Many people invest in index funds. Most invest more in April. Maxing out their 401K or IRA and getting more index funds. Another $300-500B going into index funds and benchmark funds. Another $6-10B going into Tesla in April.
For a "big three" company to compete against Tesla, it would have to go through bankruptcy so it could divest itself of it's pension liabilities, and union contracts. It would probably be better rather than being restructured, the companies assets would be sold at auction.
Apple is using a 'golden cage' lock-in so its customers come back buying the next product despite it being overpriced.
They'd lose their huge collection of music that they can access from almost all Apple devices otherwise.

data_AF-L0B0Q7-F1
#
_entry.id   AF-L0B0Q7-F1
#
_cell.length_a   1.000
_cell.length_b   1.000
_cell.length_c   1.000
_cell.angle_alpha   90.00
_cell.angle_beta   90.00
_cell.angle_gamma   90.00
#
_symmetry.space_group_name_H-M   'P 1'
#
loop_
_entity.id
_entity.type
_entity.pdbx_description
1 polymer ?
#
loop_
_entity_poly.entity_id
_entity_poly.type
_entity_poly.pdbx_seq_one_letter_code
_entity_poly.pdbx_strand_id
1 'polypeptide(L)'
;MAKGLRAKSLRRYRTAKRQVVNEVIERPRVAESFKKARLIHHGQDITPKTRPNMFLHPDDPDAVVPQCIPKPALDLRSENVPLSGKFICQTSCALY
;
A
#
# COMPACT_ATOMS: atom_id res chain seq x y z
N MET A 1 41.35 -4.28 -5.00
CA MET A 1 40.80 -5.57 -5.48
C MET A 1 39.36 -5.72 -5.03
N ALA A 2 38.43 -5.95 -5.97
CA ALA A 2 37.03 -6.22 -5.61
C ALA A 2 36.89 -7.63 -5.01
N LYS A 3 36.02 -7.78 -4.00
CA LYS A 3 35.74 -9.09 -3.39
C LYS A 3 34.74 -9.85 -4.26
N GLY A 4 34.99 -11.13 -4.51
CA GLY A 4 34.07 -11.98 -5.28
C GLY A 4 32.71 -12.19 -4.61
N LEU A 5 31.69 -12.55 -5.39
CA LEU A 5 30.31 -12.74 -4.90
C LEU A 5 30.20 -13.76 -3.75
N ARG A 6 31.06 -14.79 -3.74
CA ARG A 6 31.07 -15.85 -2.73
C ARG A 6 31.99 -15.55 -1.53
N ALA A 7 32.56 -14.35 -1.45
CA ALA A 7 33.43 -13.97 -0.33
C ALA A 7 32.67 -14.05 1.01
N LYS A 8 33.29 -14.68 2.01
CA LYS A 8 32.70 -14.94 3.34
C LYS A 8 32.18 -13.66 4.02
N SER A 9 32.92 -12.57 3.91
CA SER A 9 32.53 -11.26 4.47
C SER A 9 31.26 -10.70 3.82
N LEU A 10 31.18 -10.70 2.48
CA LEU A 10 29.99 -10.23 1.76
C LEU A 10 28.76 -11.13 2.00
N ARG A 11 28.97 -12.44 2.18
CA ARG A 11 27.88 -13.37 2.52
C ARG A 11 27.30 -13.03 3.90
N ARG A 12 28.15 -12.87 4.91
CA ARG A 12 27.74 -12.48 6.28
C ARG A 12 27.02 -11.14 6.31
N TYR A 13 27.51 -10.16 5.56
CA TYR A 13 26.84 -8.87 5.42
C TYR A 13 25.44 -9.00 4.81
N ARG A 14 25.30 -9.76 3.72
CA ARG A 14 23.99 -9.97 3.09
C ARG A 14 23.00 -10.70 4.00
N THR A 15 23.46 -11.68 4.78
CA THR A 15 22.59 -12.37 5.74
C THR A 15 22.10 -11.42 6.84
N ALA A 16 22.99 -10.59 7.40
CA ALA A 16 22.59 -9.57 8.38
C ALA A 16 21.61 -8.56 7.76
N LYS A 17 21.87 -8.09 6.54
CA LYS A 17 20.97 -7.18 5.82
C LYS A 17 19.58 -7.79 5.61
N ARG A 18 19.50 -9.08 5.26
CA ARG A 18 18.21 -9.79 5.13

Tesla has merely
– invested earlier in electric drives
– invested earlier in battery tech availability and quality
– changed relationships with Tier One suppliers to have more direct control over component design
And Tesla is facing the European and Japanese car industries. Europeans and Japan would rather stop trading with the U.S. altogether than allowing Tesla to largely kill their automotive industries. This isn't some pioneering sector like semiconductors was in the 80's, and smartphones. There are hundreds of thousands of jobs on the line in Germany, France, Italy and Japan each.
I said the same thing about Amazon in 2001. Their P/E ratio was enormous, that meant they were overpriced, right?
I didn't realize the P/E was so high because they were plowing most of their revenue back into the business for expansion. Now their share price is 100X higher.